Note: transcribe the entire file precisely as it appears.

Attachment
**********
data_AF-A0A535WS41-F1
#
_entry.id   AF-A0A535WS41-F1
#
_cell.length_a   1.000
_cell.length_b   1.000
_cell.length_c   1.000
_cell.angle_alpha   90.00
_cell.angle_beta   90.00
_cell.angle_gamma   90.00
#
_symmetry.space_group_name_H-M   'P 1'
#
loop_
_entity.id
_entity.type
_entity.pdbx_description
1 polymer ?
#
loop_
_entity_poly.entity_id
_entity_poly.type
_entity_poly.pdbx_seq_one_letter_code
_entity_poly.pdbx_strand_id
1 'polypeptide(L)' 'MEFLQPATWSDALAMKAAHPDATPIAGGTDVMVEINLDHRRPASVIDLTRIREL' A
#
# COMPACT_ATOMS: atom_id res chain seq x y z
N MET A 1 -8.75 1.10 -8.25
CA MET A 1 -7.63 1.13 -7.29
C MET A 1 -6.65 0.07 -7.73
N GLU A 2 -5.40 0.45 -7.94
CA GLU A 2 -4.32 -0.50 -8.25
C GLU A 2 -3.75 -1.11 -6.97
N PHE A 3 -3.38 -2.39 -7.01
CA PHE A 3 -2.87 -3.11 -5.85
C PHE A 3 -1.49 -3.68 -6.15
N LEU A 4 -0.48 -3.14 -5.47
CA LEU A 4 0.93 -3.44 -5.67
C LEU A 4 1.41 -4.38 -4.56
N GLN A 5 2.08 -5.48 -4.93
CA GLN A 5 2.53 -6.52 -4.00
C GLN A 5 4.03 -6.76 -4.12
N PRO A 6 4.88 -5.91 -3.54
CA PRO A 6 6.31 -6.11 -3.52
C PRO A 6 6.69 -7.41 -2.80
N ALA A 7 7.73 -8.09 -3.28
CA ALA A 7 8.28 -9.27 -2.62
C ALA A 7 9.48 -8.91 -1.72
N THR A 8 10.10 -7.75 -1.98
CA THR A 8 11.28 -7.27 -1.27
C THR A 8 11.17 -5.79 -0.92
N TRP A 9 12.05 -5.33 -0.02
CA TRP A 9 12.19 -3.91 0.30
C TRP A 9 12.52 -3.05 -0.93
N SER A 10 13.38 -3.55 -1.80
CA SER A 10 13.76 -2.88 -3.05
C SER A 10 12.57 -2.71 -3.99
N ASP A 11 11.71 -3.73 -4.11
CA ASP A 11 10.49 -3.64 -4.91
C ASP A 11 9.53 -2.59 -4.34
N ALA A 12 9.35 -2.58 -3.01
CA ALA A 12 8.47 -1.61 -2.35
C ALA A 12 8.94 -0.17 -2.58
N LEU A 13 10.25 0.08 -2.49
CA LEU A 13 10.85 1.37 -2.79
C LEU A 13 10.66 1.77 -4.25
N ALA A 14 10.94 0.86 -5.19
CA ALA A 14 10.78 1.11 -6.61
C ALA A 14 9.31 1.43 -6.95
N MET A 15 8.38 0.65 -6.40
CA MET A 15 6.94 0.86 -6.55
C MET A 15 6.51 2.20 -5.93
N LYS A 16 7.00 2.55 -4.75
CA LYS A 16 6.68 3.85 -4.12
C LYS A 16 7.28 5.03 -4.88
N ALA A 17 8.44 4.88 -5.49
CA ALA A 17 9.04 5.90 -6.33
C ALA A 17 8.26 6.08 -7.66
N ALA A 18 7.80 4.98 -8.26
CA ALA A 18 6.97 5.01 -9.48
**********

data_AF-A0A535WS41-F1
#
_entry.id   AF-A0A535WS41-F1
#
_cell.length_a   1.000
_cell.length_b   1.000
_cell.length_c   1.000
_cell.angle_alpha   90.00
_cell.angle_beta   90.00
_cell.angle_gamma   90.00
#
_symmetry.space_group_name_H-M   'P 1'
#
loop_
_entity.id
_entity.type
_entity.pdbx_description
1 polymer ?
#
loop_
_entity_poly.entity_id
_entity_poly.type
_entity_poly.pdbx_seq_one_letter_code
_entity_poly.pdbx_strand_id
1 'polypeptide(L)' 'MEFLQPATWSDALAMKAAHPDATPIAGGTDVMVEINLDHRRPASVIDLTRIREL' A
#
# COMPACT_ATOMS: atom_id res chain seq x y z
N MET A 1 -8.75 1.10 -8.25
CA MET A 1 -7.63 1.13 -7.29
C MET A 1 -6.65 0.07 -7.73
N GLU A 2 -5.40 0.45 -7.94
CA GLU A 2 -4.32 -0.50 -8.25
C GLU A 2 -3.75 -1.11 -6.97
N PHE A 3 -3.38 -2.39 -7.01
CA PHE A 3 -2.87 -3.11 -5.85
C PHE A 3 -1.49 -3.68 -6.15
N LEU A 4 -0.48 -3.14 -5.47
CA LEU A 4 0.93 -3.44 -5.67
C LEU A 4 1.41 -4.38 -4.56
N GLN A 5 2.08 -5.48 -4.93
CA GLN A 5 2.53 -6.52 -4.00
C GLN A 5 4.03 -6.76 -4.12
N PRO A 6 4.88 -5.91 -3.54
CA PRO A 6 6.31 -6.11 -3.52
C PRO A 6 6.69 -7.41 -2.80
N ALA A 7 7.73 -8.09 -3.28
CA ALA A 7 8.28 -9.27 -2.62
C ALA A 7 9.48 -8.91 -1.72
N THR A 8 10.10 -7.75 -1.98
CA THR A 8 11.28 -7.27 -1.27
C THR A 8 11.17 -5.79 -0.92
N TRP A 9 12.05 -5.33 -0.02
CA TRP A 9 12.19 -3.91 0.30
C TRP A 9 12.52 -3.05 -0.93
N SER A 10 13.38 -3.55 -1.80
CA SER A 10 13.76 -2.88 -3.05
C SER A 10 12.57 -2.71 -3.99
N ASP A 11 11.71 -3.73 -4.11
CA ASP A 11 10.49 -3.64 -4.91
C ASP A 11 9.53 -2.59 -4.34
N ALA A 12 9.35 -2.58 -3.01
CA ALA A 12 8.47 -1.61 -2.35
C ALA A 12 8.94 -0.17 -2.58
N LEU A 13 10.25 0.08 -2.49
CA LEU A 13 10.85 1.37 -2.79
C LEU A 13 10.66 1.77 -4.25
N ALA A 14 10.94 0.86 -5.19
CA ALA A 14 10.78 1.11 -6.61
C ALA A 14 9.31 1.43 -6.95
N MET A 15 8.38 0.65 -6.40
CA MET A 15 6.94 0.86 -6.55
C MET A 15 6.51 2.20 -5.93
N LYS A 16 7.00 2.55 -4.75
CA LYS A 16 6.68 3.85 -4.12
C LYS A 16 7.28 5.03 -4.88
N ALA A 17 8.44 4.88 -5.49
CA ALA A 17 9.04 5.90 -6.33
C ALA A 17 8.26 6.08 -7.66
N ALA A 18 7.80 4.98 -8.26
CA ALA A 18 6.97 5.01 -9.48